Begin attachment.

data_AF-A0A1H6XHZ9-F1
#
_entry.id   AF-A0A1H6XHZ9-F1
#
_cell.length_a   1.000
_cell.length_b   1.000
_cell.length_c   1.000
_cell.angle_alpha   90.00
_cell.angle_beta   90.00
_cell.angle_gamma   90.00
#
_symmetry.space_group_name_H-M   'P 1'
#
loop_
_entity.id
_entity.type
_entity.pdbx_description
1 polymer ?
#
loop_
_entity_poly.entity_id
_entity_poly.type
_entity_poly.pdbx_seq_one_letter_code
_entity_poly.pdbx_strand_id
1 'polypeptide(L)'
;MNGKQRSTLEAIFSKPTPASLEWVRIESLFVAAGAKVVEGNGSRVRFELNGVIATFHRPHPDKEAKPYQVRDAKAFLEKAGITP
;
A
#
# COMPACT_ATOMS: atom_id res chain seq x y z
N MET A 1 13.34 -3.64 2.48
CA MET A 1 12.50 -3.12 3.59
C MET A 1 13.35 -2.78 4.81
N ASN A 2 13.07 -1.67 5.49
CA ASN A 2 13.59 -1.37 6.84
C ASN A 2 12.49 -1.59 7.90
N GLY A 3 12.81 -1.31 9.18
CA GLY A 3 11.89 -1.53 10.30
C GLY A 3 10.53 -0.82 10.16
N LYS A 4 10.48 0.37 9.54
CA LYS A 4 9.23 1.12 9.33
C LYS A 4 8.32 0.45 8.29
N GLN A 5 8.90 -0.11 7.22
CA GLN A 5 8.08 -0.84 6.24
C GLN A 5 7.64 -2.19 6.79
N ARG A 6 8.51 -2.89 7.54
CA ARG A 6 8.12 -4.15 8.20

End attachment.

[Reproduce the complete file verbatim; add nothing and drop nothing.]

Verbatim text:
data_AF-A0A1H6XHZ9-F1
#
_entry.id   AF-A0A1H6XHZ9-F1
#
_cell.length_a   1.000
_cell.length_b   1.000
_cell.length_c   1.000
_cell.angle_alpha   90.00
_cell.angle_beta   90.00
_cell.angle_gamma   90.00
#
_symmetry.space_group_name_H-M   'P 1'
#
loop_
_entity.id
_entity.type
_entity.pdbx_description
1 polymer ?
#
loop_
_entity_poly.entity_id
_entity_poly.type
_entity_poly.pdbx_seq_one_letter_code
_entity_poly.pdbx_strand_id
1 'polypeptide(L)'
;MNGKQRSTLEAIFSKPTPASLEWVRIESLFVAAGAKVVEGNGSRVRFELNGVIATFHRPHPDKEAKPYQVRDAKAFLEKAGITP
;
A
#
# COMPACT_ATOMS: atom_id res chain seq x y z
N MET A 1 13.34 -3.64 2.48
CA MET A 1 12.50 -3.12 3.59
C MET A 1 13.35 -2.78 4.81
N ASN A 2 13.07 -1.67 5.49
CA ASN A 2 13.59 -1.37 6.84
C ASN A 2 12.49 -1.59 7.90
N GLY A 3 12.81 -1.31 9.18
CA GLY A 3 11.89 -1.53 10.30
C GLY A 3 10.53 -0.82 10.16
N LYS A 4 10.48 0.37 9.54
CA LYS A 4 9.23 1.12 9.33
C LYS A 4 8.32 0.45 8.29
N GLN A 5 8.90 -0.11 7.22
CA GLN A 5 8.08 -0.84 6.24
C GLN A 5 7.64 -2.19 6.79
N ARG A 6 8.51 -2.89 7.54
CA ARG A 6 8.12 -4.15 8.20